Kids with MIS-C responding to treatments, but long-term outlook for coronavirus-related condition unclear

Children are responding well to anti-inflammatory treatments, and specialists will continue monitoring for long-term effects of multisystem inflammatory syndrome in children.

Kids with multisystem inflammatory syndrome in children (MIS-C) are recovering after treatments with anti-inflammatory drugs such as intravenous immunoglobulin and steroids, according to Brian J. Holland, M.D., chief of pediatric cardiology at Norton Children’s Heart Institute, affiliated with the UofL School of Medicine.

Children who’ve come to the Norton Children’s Pediatric MIS-C Multidisciplinary Clinic are recovering after being hospitalized with moderate to severe symptoms of MIS-C, typically running a high fever with inflammation involving multiple organs. All of the children had lab tests which showed that they had been previously infected with COVID-19, usually several weeks before they developed MIS-C. Some of the children had only mild symptoms at the time of the initial COVID-19 infection, and they seemed to recover for a few weeks before facing MIS-C.

“Several of the children who were hospitalized at Norton Children’s Hospital with MIS-C have been critically ill. They have needed to be placed on ventilators to help them breathe, and have needed strong medications through an IV to help their heart squeeze. The good news is that we have been able to support them, and they have responded to the anti-inflammatory medications, and by the time they left the hospital, all of them have had shown improvement in the organ function that we initially saw,” Dr. Holland said.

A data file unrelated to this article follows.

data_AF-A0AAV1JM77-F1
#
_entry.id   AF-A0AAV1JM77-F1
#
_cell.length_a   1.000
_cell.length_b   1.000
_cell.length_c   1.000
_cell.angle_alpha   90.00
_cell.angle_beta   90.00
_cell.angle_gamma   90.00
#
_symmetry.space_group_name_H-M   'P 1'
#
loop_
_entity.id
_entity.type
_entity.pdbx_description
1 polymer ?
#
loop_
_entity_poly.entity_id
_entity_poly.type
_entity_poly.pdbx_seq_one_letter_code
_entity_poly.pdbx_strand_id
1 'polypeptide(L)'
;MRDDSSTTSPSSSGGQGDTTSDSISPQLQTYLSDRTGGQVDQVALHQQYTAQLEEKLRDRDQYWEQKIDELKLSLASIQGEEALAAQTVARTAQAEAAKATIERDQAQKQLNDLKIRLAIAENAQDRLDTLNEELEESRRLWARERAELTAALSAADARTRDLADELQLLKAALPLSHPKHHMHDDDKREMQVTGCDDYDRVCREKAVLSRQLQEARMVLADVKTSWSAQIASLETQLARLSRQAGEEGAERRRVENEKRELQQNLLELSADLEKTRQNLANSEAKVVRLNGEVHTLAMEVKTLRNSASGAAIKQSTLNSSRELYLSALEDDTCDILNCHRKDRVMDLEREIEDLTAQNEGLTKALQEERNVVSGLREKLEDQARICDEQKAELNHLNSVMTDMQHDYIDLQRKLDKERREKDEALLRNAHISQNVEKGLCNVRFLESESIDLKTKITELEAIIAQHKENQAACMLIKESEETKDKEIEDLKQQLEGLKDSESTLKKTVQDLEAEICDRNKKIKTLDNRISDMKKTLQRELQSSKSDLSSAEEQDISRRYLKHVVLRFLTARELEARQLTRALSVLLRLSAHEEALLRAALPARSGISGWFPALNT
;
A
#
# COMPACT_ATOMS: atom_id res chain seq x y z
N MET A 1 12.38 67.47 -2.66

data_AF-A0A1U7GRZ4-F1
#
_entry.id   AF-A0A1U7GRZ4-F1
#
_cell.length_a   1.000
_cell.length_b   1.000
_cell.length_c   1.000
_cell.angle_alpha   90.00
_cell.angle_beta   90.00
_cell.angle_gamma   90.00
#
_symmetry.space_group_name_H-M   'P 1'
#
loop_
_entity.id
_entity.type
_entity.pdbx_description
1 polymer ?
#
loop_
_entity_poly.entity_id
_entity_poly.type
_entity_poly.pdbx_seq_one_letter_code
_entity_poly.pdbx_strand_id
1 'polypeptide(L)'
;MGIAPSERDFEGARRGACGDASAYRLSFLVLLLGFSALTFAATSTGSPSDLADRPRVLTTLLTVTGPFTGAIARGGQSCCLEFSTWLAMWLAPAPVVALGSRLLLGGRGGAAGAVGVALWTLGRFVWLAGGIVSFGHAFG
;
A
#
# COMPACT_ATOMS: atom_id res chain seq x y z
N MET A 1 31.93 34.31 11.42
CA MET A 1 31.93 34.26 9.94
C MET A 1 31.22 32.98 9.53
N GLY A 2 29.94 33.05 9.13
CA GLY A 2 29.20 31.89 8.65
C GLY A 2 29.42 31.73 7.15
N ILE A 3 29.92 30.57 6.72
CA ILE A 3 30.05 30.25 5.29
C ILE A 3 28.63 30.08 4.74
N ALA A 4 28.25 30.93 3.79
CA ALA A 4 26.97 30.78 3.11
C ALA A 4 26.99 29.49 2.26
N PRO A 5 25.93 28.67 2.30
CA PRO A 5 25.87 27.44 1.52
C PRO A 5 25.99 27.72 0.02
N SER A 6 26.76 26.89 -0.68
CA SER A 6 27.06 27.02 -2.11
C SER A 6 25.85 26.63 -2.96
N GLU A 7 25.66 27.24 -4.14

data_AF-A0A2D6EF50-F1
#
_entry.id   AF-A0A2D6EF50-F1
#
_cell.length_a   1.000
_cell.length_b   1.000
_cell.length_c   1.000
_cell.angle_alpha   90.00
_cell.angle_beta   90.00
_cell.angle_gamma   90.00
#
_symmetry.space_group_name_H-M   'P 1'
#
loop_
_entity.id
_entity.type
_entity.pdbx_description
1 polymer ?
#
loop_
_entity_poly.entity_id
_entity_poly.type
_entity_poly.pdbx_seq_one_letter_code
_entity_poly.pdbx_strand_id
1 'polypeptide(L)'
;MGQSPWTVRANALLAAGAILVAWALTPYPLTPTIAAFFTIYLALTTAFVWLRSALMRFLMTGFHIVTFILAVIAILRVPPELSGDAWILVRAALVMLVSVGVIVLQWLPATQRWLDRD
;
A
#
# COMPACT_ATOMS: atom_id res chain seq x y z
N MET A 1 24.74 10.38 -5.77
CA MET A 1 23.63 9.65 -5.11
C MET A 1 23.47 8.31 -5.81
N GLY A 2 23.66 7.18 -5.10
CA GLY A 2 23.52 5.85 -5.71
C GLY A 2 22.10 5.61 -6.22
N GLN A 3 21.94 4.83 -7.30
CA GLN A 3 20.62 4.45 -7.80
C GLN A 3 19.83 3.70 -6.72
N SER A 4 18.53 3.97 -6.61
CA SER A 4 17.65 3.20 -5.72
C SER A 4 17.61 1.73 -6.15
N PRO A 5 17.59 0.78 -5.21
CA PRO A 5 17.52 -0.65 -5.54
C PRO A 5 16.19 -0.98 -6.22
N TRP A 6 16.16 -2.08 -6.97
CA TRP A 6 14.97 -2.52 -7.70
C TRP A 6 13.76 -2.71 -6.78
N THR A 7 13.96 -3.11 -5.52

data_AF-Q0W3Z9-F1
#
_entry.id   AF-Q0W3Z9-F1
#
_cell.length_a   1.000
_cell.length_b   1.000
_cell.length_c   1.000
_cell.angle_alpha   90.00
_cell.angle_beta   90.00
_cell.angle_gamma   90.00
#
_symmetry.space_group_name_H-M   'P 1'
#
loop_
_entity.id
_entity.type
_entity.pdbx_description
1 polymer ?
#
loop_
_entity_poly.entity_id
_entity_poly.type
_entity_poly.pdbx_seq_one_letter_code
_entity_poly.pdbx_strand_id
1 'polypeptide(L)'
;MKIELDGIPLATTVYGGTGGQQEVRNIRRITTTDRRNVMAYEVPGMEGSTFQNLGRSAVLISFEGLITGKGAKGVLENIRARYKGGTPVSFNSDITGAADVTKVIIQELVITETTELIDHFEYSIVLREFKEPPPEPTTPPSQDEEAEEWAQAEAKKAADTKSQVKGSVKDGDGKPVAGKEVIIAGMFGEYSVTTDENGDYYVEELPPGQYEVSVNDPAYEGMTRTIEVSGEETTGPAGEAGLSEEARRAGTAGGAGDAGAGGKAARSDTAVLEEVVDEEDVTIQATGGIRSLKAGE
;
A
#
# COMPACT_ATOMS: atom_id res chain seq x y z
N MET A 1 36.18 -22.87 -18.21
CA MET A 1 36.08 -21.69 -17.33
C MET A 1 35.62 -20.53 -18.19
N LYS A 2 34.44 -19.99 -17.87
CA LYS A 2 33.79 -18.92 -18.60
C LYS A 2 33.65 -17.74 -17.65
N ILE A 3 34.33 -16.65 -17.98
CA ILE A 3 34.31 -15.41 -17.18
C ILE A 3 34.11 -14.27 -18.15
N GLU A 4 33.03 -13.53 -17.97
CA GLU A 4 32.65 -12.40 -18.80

After a week or two, the kids are being rechecked, and the inflammation has gone away or is reduced and almost back to normal, according to Dr. Holland. In another month, the kids are showing completely normal lab results.

Follow-ups at six months or a year will show whether there’s been any long-term damage.

“In my area, specifically, with inflammation of the heart muscle, called myocarditis, there can be some long-term changes with scar tissue in the heart muscle after it’s been inflamed,” Dr. Holland said.

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Children treated at the Norton Children’s Pediatric MIS-C Multidisciplinary Clinic have had a range of organs showing severe inflammation — heart, blood vessels, lungs, kidneys and digestive tract.

“I want to make sure everyone, including parents and families and medical providers, is aware that this is possible and that it could happen a month after a child had their initial COVID-19 infection, even if the initial symptoms may not have been very significant,” Dr. Holland said. “If they have a kid who has really high fever, significant signs of inflammation and there isn’t another explanation, we want to make sure that everybody has this in mind. It’s a brand-new illness, and I don’t want to miss the chance to treat any of them.”